Non-chemotherapy drug combinations to turn on suicide genes

Lead researcher

A/Prof Jake Shortt, Prof Ricky Johnstone

A/Prof Jake Shortt, Prof Ricky Johnstone

Institution
Peter MacCallum Cancer Centre, The University of Melbourne, Monash Heath and Monash University

Tumour type:
Lymphoma

Years funded
2015-2017

Project description

Lymphoma cells turn on cancer-causing genes that enable them to grow, divide and overrun normal cells. In order for them to be active, these cancer-causing genes are 'read' by bromodomain extraterminal (BET) proteins.

BET inhibitors (BETi) are a new class of designer drug that prevent BET proteins from reading cancer genes. Although this cause may cancer cells to die, a proportion of cells re-express their cancer genes, become resistant to BETi, and relapse.

We have studied and evaluated BETi-resistant lymphomas in mice to establish what causes resistance and how it can be prevented or overcome. This has led to identifying drugs that can kill BETi-resistant lymphomas, either on their own or in combination with BETi. We will now use this data to develop clinical trials for combinations of BETi to maximise their effectiveness for patients.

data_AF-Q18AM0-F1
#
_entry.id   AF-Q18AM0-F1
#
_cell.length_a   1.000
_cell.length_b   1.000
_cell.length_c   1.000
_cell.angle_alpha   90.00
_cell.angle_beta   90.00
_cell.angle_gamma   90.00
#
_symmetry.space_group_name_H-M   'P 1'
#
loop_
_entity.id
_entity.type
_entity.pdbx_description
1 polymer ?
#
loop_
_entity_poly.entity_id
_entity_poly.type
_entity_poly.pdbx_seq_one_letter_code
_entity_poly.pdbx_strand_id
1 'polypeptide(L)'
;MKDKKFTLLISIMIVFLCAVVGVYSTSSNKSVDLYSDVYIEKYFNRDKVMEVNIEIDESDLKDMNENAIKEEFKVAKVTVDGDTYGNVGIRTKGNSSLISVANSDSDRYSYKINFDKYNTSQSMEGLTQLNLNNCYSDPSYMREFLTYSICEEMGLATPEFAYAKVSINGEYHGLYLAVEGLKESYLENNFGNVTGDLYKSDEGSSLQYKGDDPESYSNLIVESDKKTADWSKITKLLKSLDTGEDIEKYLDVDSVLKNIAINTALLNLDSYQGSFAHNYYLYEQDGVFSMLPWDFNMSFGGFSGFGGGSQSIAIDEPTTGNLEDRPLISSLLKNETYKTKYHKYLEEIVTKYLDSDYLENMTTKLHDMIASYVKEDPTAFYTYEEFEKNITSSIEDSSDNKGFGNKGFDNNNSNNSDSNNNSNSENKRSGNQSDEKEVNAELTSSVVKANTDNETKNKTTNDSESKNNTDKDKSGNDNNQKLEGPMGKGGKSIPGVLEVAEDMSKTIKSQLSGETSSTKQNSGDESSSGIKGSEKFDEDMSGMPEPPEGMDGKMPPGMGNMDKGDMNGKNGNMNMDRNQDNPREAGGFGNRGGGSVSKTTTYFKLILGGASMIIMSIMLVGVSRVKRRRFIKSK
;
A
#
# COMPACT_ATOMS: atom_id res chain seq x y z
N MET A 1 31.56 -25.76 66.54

What is the need? 

Aggressive lymphoma is one of the most common and immediately life-threatening blood cancers. About 50% of patients presenting with advanced lymphoma will relapse despite receiving optimal chemo-immunotherapy, which is now the standard treatment. BETi have shown interesting activity (including some remissions) in early clinical trials for patients with aggressive lymphoma. However, only a minority of patients show such notable improvements and we think that most will still relapse. By understanding how a lymphoma resists the BETi we can rationally add other novel drugs to counteract the resistance. 

What impact will this research have?

Our research will inform the development of clinical trials for BETi in lymphoma patients, particularly the design of clinical trials where BETi are combined with other novel agents to prevent the emergence of BETi resistance. This will be especially relevant for patients with aggressive lymphoma who require novel treatment options because standard chemo-immunotherapy has failed.

Project timeline

20152016 2017

   Use genetic manipulation to silence BET proteins in cells instead of BETi to understand how the drug works.

   Treat lymphoma-bearing mice with BETi alone and/or the kinase inhibitors where were active in killing lymphoma cells in tissue culture.  

Use DNA sequencing techniques to characterise changes that happen in lymphoma cells when they develop resistance.

 

"Our research will be especially relevant for patients with aggressive lymphoma who require novel treatment options because standard chemo-immunotherapy has failed."